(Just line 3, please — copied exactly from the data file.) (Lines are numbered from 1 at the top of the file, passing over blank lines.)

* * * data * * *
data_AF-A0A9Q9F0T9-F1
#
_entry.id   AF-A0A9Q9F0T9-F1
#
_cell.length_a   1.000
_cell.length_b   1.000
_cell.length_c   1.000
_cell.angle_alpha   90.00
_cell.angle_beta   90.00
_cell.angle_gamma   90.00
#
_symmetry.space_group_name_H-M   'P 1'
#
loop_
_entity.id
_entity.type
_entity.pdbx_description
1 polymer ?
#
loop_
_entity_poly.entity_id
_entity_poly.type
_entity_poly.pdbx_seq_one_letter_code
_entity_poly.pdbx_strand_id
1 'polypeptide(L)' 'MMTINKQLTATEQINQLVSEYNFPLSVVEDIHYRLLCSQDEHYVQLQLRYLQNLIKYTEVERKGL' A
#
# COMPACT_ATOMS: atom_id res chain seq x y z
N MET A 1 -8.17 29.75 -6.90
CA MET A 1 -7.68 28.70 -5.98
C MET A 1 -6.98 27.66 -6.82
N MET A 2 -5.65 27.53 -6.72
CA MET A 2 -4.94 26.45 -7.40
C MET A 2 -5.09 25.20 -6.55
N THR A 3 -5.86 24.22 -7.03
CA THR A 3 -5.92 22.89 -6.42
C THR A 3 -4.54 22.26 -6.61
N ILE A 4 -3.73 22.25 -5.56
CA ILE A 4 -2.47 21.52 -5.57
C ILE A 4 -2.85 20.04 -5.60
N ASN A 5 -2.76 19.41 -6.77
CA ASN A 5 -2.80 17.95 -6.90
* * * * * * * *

_entry.id   AF-A0A9Q9F0T9-F1